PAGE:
It is Spirit Week on campus. Not certain what that means, but count me in.
I can see one of the planning sessions. It probably went something like this. We could set up a booth on central campus just like we do in the summer. We could add a couple of heaters but we probably won’t need them. We could lounge around in easy chairs and maybe pass out hot cocoa. It will be cool!
Cool is right. Evidently -7 and 15 mph winds were too much to overcome. You do have to admire creativity and enthusiasm.
I had hoped to have a quiet and relaxing Saturday morning, but a CNN news story roused me to action. The segment claimed that North Dakota had been named by the Gallup agency as the countries “happiest” state. If this story had surfaced on the Internet, I would have wondered whether it was an Onion story. I even checked but found nothing. So, it must be true.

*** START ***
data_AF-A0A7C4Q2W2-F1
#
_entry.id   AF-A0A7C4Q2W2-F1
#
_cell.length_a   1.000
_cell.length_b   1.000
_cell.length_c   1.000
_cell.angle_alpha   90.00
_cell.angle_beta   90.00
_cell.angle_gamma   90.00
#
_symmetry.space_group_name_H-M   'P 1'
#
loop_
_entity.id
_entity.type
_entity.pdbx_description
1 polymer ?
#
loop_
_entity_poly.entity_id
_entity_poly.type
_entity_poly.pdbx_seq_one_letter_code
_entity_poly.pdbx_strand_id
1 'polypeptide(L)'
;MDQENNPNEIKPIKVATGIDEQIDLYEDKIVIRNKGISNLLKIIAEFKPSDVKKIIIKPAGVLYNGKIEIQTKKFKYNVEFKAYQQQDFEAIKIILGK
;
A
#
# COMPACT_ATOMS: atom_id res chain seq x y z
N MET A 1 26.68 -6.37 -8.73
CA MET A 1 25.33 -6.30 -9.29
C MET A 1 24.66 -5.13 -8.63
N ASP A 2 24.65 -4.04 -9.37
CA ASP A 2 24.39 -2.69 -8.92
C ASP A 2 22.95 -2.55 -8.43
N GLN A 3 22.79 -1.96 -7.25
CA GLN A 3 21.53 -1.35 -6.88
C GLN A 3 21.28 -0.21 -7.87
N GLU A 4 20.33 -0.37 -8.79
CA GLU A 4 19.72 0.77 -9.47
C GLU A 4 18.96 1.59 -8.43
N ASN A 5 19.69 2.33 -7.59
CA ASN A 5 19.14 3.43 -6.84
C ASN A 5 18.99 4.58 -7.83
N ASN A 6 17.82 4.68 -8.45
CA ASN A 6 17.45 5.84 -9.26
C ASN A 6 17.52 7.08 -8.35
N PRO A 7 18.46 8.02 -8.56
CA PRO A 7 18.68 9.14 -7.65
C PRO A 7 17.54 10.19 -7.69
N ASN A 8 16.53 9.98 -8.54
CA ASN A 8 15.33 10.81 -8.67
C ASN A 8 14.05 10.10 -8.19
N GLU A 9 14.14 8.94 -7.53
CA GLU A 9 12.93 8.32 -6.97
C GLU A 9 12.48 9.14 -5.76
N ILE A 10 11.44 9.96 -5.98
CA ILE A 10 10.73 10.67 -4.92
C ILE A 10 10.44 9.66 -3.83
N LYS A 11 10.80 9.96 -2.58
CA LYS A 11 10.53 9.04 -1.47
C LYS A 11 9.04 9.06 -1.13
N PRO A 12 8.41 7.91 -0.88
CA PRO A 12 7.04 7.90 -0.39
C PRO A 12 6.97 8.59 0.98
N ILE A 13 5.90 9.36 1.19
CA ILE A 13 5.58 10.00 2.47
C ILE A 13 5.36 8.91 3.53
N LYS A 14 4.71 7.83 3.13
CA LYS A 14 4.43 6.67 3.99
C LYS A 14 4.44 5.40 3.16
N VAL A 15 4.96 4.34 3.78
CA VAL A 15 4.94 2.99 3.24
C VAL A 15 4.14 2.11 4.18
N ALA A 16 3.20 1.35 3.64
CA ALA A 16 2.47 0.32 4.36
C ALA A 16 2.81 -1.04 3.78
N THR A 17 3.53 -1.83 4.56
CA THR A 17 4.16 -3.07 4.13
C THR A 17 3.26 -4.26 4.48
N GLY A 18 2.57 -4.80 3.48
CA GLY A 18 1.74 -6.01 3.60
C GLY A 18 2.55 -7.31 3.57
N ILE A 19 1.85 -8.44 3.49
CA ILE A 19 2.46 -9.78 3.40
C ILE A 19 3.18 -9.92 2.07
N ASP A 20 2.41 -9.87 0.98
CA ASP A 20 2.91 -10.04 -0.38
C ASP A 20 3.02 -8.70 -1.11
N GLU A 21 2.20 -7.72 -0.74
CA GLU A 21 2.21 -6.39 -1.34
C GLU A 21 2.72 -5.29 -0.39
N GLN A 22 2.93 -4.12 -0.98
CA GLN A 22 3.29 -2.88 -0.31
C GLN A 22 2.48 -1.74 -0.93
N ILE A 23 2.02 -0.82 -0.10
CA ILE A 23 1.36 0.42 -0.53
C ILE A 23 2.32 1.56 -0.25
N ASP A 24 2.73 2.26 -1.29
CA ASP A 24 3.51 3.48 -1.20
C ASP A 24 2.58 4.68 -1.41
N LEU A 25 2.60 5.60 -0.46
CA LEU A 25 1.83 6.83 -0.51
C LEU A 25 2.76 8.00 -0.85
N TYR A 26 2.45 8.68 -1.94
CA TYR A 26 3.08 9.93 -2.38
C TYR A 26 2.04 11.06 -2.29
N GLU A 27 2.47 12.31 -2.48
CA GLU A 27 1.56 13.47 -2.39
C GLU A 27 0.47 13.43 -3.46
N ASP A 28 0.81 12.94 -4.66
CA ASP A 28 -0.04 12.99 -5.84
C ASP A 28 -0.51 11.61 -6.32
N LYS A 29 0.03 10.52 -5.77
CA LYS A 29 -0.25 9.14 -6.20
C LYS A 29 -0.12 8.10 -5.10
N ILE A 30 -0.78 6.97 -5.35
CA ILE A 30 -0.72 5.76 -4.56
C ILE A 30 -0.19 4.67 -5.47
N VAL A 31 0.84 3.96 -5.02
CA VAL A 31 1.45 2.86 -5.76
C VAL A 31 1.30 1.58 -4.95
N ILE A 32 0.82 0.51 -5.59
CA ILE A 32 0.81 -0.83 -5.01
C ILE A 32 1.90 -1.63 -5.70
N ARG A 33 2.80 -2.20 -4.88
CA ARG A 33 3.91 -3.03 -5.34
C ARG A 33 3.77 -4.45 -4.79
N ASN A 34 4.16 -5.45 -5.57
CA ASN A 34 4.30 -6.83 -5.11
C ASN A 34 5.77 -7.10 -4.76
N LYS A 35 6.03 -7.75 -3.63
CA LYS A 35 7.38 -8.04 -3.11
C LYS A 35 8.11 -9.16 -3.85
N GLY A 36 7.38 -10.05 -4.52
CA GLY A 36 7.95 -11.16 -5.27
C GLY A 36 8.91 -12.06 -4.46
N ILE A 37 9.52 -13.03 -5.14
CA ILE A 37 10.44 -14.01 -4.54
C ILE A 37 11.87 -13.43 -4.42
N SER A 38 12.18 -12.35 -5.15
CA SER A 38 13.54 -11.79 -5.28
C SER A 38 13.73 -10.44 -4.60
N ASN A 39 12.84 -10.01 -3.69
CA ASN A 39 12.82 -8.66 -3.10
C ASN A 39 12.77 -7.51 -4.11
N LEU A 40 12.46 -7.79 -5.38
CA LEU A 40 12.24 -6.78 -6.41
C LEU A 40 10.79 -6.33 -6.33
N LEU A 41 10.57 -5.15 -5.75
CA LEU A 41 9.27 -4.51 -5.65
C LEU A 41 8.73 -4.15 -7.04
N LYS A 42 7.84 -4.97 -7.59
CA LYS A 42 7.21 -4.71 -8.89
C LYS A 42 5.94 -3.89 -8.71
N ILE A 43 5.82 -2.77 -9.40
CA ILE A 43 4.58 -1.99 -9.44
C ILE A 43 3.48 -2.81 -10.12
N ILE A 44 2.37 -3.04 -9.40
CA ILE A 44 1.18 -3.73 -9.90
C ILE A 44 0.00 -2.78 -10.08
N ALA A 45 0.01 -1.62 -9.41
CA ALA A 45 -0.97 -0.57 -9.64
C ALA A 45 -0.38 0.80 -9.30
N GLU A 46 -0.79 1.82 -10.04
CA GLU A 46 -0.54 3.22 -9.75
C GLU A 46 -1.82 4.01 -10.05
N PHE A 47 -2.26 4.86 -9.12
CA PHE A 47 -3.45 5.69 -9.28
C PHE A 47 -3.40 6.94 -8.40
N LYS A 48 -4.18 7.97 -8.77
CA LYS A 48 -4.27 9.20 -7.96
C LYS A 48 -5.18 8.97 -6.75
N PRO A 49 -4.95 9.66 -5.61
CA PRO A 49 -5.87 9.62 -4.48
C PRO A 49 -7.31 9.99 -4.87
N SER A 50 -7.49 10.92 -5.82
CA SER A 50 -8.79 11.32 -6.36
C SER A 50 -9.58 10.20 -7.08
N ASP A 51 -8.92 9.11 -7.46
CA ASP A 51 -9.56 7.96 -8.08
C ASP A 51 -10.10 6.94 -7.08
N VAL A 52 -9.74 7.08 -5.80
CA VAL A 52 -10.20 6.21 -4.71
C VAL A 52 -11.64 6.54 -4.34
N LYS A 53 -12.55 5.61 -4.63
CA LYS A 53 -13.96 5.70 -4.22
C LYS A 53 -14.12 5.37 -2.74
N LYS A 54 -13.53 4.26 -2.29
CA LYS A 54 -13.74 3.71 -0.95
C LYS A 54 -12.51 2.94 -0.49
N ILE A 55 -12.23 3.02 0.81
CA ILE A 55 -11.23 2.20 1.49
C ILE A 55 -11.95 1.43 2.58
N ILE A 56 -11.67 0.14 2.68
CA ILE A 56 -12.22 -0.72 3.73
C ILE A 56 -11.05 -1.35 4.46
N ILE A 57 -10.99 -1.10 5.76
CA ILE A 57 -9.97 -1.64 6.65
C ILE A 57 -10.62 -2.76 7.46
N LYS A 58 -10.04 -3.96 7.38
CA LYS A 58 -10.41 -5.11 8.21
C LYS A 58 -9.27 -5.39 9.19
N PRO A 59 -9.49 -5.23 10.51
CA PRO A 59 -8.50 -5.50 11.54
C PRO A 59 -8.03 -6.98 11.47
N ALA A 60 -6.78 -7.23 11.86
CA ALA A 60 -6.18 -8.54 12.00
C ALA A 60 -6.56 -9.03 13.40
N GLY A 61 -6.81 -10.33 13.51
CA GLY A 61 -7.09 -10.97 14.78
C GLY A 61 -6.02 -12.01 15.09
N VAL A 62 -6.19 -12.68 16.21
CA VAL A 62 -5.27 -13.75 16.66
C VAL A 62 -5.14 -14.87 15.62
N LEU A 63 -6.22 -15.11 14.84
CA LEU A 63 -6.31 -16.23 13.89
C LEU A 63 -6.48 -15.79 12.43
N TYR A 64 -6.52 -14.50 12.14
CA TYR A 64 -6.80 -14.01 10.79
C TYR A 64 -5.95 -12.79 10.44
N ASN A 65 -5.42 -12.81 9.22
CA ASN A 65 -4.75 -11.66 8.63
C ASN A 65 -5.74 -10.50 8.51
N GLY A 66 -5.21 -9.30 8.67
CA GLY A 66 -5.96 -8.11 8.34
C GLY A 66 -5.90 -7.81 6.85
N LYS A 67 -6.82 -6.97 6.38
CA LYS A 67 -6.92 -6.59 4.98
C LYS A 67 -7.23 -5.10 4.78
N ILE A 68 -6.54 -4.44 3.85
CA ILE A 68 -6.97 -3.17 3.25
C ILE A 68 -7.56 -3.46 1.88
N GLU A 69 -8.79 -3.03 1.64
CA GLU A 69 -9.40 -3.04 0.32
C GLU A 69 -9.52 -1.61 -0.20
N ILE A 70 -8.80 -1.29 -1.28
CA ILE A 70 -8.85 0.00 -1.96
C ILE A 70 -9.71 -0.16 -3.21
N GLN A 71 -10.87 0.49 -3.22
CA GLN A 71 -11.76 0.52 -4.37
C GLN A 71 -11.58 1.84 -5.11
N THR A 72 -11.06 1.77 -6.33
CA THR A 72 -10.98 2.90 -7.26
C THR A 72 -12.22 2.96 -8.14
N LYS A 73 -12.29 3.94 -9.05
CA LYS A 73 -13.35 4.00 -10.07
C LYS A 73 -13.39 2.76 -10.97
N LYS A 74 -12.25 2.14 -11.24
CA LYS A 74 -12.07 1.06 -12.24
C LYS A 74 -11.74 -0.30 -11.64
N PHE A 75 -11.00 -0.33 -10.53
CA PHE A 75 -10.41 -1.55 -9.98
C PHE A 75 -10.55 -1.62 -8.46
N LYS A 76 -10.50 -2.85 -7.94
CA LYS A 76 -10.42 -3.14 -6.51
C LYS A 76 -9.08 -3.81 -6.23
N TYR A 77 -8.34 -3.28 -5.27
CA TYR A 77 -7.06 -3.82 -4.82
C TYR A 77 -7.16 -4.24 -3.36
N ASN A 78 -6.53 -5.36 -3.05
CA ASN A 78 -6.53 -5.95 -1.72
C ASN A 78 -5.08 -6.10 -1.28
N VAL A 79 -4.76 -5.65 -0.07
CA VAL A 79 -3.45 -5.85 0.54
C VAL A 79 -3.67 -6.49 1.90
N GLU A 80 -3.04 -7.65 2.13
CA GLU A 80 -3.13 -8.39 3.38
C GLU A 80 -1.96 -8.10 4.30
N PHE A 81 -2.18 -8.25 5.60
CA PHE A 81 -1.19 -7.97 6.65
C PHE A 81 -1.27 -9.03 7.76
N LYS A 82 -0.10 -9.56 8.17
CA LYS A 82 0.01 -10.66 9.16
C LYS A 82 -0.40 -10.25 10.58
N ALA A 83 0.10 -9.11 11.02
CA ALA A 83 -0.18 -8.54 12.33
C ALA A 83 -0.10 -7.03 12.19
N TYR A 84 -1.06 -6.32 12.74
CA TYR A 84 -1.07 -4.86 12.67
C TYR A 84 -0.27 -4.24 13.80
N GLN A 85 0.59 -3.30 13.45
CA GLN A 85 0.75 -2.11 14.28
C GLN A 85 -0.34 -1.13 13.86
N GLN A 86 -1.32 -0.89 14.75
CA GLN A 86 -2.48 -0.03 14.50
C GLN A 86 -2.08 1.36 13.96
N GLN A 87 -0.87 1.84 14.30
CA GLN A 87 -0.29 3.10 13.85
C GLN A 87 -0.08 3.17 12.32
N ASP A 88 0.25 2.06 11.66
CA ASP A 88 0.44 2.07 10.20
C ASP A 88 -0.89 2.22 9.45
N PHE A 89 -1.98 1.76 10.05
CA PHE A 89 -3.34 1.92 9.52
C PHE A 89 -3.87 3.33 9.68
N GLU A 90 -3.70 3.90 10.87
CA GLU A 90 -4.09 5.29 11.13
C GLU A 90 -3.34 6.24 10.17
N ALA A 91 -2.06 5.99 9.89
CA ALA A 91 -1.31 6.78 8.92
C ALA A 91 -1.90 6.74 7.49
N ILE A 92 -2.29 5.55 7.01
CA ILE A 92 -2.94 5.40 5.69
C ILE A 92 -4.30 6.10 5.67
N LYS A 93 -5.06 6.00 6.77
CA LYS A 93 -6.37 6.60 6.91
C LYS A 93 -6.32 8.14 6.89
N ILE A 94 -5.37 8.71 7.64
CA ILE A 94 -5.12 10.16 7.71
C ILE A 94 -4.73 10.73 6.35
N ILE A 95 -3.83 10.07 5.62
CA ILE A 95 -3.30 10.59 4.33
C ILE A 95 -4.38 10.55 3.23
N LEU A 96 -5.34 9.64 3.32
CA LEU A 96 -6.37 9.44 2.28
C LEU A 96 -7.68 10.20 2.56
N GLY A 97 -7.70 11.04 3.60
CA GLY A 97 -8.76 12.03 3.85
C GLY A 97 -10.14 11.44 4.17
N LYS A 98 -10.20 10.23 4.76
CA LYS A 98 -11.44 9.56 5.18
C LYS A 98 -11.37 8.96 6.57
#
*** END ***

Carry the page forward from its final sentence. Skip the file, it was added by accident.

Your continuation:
OK – it is always important to approach these weird news claims with a critical eye. Perhaps I could use the article in class and discuss how we can be mislead by faulty research methods. I would have expected more from the Gallup organization.
The official Gallup announcement provides some detail. North won based on strength in specific categories. ND ranked first in Work Environment and Physical Health. The top ranked states are located in a cluster in the upper midwest – South Dakota, Nebraska, Montana, Minnesota. Job creation growth was proposed as a major factor in the rankings.
ABC was as confused as I was.
BTW – I will soon be moving and selling my house. I know, I know – leaving the happiest state. There is an opportunity for someone here. Take advantage of my foolishness. Come on – Get Happy.